Cave de Lugny Macon Lugny Les Charmes Chardonnay 2013
Cave de Lugny is a cooperative of over 250 wine-growing estates and 1,500 hectares within the AOC Burgundy- Maconnais. Controlling approx 1/3 of production of Southern Burgundy and approx 50% of the total production of the Maconnais, Cave de Lugny is the #1 white wine producer in Burgundy.
As a cooperative, Cave de Lugny has full control over the care and management of its grapes from budburst to bottling. Unlike many of its competitors, who act as négociants, buying grapes from co-ops and growers, Cave de Lugny supports and oversees the growing, winemaking and marketing of members’ wines, ensuring consistent high quality.
Cave de Lugny makes a range of unoaked Chardonnays that are aged sur-lies and characterized by bright floral aromas, a round mouthfeel and complex mineral flavors imparted by the Mâconnais’ limestone-rich soil.
Crisp, balanced and delicately floral, Chardonnays from the Macon Villages are often made in the unoaked style and offer a magnificent sampling of what white Burgundy has to offer—without years of waiting and high dollar price tags.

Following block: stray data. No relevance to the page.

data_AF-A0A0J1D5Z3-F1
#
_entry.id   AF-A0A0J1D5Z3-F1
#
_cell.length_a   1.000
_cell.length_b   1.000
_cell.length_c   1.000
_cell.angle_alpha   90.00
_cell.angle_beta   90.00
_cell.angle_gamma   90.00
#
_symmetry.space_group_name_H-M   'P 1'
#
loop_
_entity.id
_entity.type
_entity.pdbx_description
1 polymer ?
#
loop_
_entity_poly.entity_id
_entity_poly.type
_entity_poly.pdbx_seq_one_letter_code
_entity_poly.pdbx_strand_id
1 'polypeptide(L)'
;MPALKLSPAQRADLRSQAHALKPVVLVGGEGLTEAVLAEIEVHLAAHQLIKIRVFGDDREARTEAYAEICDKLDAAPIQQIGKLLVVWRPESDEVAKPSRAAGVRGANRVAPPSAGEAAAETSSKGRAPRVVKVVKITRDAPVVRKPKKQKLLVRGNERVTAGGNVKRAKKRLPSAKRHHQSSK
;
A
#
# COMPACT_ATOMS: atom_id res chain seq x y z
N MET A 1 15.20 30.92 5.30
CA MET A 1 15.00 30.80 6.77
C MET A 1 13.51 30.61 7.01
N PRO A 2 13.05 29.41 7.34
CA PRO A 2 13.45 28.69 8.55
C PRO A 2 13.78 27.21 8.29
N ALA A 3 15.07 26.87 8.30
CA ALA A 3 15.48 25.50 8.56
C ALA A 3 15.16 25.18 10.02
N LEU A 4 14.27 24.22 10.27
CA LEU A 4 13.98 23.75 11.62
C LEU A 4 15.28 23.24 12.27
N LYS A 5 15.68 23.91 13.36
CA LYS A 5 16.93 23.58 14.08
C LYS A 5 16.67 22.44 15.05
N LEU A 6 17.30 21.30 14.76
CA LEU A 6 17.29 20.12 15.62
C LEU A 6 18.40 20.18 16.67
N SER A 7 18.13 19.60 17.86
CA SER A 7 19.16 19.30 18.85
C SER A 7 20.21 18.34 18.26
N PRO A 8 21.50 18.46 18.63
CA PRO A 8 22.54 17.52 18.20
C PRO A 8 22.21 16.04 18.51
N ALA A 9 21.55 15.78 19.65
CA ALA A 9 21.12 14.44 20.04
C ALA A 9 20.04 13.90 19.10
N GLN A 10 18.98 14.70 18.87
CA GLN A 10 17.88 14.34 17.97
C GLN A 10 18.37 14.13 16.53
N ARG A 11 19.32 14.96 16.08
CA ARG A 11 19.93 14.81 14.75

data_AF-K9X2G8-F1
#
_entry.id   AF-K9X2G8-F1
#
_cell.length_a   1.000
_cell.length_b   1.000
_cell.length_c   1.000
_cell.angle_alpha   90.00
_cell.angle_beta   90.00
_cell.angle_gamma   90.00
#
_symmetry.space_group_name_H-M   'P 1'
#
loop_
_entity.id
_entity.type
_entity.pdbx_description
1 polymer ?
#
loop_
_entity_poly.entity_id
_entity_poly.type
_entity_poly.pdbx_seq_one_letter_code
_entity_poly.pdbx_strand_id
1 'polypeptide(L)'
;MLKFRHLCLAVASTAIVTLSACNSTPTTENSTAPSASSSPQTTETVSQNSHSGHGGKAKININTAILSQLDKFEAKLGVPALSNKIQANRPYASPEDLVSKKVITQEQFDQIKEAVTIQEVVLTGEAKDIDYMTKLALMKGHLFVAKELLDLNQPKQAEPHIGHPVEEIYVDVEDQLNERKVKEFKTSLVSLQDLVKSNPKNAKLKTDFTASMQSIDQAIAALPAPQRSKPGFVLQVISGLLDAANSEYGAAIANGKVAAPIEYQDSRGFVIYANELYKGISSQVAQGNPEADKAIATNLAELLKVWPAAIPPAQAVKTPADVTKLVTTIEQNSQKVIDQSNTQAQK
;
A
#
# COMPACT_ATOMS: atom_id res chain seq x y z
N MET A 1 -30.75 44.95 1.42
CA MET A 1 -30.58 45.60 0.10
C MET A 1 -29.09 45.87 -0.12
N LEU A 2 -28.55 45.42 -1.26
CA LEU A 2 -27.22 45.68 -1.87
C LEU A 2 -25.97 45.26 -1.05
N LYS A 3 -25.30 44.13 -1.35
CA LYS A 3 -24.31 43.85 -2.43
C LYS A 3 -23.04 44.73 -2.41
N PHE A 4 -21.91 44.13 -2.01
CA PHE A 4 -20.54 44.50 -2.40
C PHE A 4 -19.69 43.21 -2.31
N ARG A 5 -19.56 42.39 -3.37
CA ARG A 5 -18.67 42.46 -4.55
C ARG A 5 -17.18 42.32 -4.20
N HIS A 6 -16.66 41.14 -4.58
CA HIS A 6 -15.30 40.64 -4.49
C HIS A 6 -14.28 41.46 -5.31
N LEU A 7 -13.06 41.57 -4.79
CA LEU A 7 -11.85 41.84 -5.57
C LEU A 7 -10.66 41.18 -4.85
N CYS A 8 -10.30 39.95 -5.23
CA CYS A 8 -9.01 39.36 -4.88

Within the greater Mâconnais, the Macon Villages wines are those within a few defined and optimally situated villages, either noted by the name Mâcon-Villages or as Mâcon followed by the name of the particular village, for example Viré, Lugny, Azé, Bray or Burgy.
Commonly vinified in stainless steel or glass-lined concrete vats, these are mostly intended for consumption within a year or two of the vintage, though a few serious Mâconnais producers have turned their focus to smaller yields and barrel fermentation and maturation. Regardless, you can count on Macon Villages whites to be fresh and fruity with citrus and melon flavors, and aromas of white roses, honeysuckle, lemon-grass or fennel.
This is a great region to explore if you already like California, Australian or Chilean Chardonnay.
One of the most popular and versatile white wine grapes, Chardonnay offers a wide range of flavors and styles depending on where it is grown and how it is made. While it tends to flourish in most environments, Chardonnay from its Burgundian homeland produces some of the most remarkable and longest lived examples. California produces both oaky, buttery styles and leaner, European-inspired wines. Somm Secret—The Burgundian subregion of Chablis, while typically using older oak barrels, produces a bright style similar to the unoaked style. Anyone who doesn't like oaky Chardonnay would likely enjoy Chablis.